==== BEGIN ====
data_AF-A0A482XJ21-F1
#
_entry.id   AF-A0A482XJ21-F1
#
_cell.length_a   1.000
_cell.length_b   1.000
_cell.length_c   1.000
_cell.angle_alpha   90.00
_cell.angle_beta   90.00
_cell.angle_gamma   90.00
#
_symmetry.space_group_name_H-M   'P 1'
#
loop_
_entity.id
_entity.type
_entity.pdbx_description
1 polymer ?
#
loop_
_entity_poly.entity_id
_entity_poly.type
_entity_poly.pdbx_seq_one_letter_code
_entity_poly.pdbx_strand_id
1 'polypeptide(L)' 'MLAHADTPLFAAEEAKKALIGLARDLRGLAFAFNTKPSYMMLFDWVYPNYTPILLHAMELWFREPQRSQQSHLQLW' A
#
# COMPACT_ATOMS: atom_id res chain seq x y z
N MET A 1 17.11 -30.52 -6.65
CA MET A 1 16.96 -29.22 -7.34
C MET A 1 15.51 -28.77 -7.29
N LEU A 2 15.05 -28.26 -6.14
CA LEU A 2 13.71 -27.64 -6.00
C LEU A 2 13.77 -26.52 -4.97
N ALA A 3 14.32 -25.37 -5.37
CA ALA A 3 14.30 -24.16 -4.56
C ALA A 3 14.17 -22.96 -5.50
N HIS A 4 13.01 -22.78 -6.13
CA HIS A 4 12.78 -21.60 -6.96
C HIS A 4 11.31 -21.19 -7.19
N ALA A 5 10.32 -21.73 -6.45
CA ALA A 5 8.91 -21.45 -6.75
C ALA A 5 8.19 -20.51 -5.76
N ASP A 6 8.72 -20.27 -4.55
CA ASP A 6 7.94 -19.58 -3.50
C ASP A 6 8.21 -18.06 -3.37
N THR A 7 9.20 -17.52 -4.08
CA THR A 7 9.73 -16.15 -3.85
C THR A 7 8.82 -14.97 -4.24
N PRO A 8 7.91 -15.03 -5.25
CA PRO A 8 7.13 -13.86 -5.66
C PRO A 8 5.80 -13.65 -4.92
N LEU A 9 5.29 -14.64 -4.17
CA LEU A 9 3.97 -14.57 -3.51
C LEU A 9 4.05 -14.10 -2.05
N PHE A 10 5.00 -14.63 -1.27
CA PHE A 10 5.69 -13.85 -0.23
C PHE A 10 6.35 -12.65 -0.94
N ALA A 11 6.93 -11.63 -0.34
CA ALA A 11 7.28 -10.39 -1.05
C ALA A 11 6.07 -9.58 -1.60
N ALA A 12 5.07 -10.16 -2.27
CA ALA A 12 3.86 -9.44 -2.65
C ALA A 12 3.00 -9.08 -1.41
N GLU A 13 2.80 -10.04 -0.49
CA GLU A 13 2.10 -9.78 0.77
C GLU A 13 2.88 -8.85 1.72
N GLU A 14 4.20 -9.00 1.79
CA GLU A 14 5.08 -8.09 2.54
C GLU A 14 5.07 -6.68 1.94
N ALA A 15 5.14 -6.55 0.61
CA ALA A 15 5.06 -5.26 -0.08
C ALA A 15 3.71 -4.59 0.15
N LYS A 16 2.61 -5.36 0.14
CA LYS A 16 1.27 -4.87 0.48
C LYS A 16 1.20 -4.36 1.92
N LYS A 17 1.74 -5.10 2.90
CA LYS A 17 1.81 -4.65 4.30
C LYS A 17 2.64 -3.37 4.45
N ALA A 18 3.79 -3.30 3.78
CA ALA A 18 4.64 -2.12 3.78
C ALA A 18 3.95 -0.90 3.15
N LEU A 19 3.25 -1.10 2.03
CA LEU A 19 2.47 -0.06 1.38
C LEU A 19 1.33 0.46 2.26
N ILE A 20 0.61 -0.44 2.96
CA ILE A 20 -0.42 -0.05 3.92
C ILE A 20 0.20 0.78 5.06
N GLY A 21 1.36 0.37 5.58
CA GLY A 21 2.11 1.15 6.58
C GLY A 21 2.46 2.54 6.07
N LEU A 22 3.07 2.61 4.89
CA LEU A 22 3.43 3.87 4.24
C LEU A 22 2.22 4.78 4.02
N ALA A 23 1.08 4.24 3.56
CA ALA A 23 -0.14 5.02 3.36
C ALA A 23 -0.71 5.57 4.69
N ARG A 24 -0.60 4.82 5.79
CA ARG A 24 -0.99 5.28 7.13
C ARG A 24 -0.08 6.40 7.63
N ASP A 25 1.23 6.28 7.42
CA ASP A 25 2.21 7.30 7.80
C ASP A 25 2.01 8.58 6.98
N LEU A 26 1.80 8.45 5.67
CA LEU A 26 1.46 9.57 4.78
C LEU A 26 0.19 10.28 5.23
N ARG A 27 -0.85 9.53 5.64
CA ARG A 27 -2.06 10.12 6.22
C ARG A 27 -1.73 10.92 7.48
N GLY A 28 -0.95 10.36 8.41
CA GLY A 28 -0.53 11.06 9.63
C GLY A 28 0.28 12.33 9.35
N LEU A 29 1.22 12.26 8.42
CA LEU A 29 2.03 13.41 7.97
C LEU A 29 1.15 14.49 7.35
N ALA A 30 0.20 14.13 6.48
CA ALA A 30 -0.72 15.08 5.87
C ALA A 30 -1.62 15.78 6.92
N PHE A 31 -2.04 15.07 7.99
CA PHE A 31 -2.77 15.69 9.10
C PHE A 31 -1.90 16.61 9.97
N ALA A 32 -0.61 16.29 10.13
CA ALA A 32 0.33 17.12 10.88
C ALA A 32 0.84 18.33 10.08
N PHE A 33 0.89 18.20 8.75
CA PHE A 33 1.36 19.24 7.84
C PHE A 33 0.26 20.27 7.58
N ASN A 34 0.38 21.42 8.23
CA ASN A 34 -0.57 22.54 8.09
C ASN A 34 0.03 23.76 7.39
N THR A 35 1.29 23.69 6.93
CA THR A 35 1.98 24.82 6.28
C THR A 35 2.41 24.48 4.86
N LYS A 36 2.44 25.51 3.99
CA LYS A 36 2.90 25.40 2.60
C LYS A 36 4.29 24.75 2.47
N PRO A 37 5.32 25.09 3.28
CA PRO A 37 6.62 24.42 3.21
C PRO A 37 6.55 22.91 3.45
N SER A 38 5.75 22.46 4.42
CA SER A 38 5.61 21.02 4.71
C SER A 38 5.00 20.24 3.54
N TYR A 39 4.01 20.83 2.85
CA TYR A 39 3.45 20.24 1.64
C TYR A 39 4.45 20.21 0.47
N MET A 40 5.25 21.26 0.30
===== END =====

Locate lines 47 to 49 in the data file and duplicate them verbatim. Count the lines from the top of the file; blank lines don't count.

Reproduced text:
CA THR A 7 9.73 -16.15 -3.85
C THR A 7 8.82 -14.97 -4.24
N PRO A 8 7.91 -15.03 -5.25